Whoa, Maximus and Squish! I remember those.
It's been 12 years now since I shut down my little four line Maximus BBS, Fidonet hub and Usenet gateway. 12 years...
I thought Maximus, Squish, Fidonet and BBSes in general had long ago died and been forgotten. What would be the point in bringing them back now? Misplaced nostalgia?
It's too bad Scott didn't release this code back in '96 or so before the Internet exploded. Back then I would have eagerly ported it to a long list of OSes.
Scott would never have released this code while it made money. Right now there's more of a business selling buggy-whips, and spare parts for steam locomotives than there is in BBS software.
So why not indulge in a little nostalgia. I downloaded it, and was unable to get it running on my machine.
Using Ubuntu 8.04 and gcc-3.3 will do the trick. So far, the whole software is doing very well on my home server. Some minor bugs, like and labels in *.mec files are unknown to mecca. Also, there's an exception thrown sometimes when a user logs off (I think it's duplicate free() call somewhere in the code).
Yes, BBSes had their time, but it's a pity that development for Maximus has ceased. It's much better than other BBS programs (e.g. Mystic or Synchronet). I'd be happy if at least the more obvious glitches of the code would've been fixed.
Scott is admittedly surprised that *anyone* is even looking at this stuff anymore! But he still thinks it's great that some people have had success getting things to compile under a recent Linux distro.
I am glad to see that people got Maximus working on Linux. The bugs niels refers to is new to me. After I used several weeks on finding the MEX bug, my energy disappeared. But I may fix the remaining bugs in near future.
But I really think that MAX needs a complete rewrite for being well-integrated with the UNIX platform. I am not sure what areas of the code will be affected by such a rewrite, but I think it's worth doing. If anyone wants to help me, please let me know. The main problem is that such a rewrite would break the opportunity to produce versions for older platforms.. I guess it should be MAX II.
Good to hear that at least someone took a look at the problem I reported. If I can do anything to help getting Maximus run without the current "problems", just contact me and let's see if and how I can bring my C coding knowledge to your assistance.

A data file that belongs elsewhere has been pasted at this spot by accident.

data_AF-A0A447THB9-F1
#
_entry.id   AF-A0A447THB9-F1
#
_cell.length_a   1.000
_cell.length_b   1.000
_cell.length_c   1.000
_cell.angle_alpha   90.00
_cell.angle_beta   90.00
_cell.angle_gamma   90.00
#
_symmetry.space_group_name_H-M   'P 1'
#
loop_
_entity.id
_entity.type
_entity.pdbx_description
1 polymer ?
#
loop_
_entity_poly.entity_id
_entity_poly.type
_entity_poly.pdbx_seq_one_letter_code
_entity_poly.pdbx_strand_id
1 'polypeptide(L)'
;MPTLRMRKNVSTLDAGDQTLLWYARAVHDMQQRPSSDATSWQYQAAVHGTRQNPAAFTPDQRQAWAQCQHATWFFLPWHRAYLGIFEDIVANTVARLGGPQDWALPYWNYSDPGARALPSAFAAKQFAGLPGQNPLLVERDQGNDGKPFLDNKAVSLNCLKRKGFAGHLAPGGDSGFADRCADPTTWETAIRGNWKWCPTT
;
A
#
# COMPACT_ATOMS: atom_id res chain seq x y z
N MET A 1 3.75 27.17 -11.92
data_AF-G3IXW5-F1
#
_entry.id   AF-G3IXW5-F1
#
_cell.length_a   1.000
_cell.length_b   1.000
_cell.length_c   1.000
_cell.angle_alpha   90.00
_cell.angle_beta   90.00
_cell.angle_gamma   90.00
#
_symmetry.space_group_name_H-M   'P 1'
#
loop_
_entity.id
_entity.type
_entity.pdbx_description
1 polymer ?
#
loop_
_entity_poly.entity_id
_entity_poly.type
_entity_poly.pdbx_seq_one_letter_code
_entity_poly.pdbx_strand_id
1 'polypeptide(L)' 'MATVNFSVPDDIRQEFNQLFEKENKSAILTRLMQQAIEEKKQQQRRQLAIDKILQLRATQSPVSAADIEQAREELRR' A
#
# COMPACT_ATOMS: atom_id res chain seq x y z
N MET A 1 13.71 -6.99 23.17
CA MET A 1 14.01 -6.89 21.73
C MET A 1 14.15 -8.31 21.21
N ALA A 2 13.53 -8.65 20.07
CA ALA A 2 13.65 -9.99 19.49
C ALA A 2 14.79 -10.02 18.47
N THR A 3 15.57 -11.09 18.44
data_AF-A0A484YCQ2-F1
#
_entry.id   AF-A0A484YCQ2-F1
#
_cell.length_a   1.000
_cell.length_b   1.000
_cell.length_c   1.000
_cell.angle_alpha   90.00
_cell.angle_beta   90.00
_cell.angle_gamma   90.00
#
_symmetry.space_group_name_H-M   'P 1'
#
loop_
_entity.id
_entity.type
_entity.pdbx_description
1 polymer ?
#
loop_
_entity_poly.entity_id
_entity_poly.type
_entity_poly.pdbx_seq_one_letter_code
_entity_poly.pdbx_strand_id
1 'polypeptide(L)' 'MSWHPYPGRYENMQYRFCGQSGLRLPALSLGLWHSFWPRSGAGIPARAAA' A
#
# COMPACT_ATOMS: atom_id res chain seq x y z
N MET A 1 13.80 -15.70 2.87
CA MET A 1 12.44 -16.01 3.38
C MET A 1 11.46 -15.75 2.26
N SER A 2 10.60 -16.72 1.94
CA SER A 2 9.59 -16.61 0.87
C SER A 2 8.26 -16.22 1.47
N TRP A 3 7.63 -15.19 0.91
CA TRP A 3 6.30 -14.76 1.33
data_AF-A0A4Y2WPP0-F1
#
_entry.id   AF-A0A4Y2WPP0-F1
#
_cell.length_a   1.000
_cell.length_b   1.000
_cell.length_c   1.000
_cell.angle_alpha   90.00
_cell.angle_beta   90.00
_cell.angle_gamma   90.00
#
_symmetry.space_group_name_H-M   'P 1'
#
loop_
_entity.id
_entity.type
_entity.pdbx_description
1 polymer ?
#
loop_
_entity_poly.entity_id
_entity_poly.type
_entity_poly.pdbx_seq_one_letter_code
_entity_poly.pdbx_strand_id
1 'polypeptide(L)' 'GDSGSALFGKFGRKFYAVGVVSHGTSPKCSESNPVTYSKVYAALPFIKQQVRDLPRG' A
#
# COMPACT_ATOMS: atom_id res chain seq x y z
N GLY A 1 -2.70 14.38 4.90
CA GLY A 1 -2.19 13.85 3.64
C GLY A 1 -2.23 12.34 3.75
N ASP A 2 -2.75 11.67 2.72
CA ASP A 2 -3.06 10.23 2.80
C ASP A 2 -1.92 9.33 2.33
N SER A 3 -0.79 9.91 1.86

As for BBSes, there are still people like me who feel strangely attracted to console based online systems. Also, Maximus pretty much resembles the (professional) look-and-feel of systems like "BBBS" (which is still commercially available). But I don't like proprietary software and if Maximus could be revived (by whatever actions neccessary), it would be a good addition to the Synchronet dominated remains of the BBS world.
> Scott is admittedly surprised that *anyone* is even looking at this stuff
As you get older, history becomes more interesting than the future.
Well, I'm running a little telnet BBS that is connected to fido etc. just for the sole fun of running it. I re-discovered this discussion and so here I am trying to get maximus compile on a Raspberry Pi, fixing stuff that has changed with gcc etc. It actually compiles on Raspbian Linux, but when I try to log on the screen is black. No text is shown (local or remote). Yet, I'm very tempted to get maximus up running from sources and connect it to fidonet etc. It does compile and run on CentOS 6.5 though ... :)
Just to give some update here:
if you really want to enjoy the whole Maximus BBS experience, you just have to get yourself a copy of Debian Linux 3.1, follow the install instructions for Maximus and voila: it works!
With gcc 4.x the code compiles, but all the mex scripts that successfully compile with mex after the installation will fail to run. No segfault, though. It seems that certain strings aren't visible on a global scope. At least that's what mex logs as error.
Would be nice if someone more competent could fix these issues, as they seem to be related to all the changes that came with gcc 4, not within the Maximus code.
And yes - if this baby would run as expected on a contemporary Linux Distro, I'd use it for my own BBS.
In my experience, the only way to get the most out of a Maximus BBS experience is to run it in a DOS or OS/2 environment. Windows XP would be best because of its good DOS compatibility and sufficient network connectivity and multitasking. And a lot of doors and BBS utils like Netserial are only supported on DOS/Windows.
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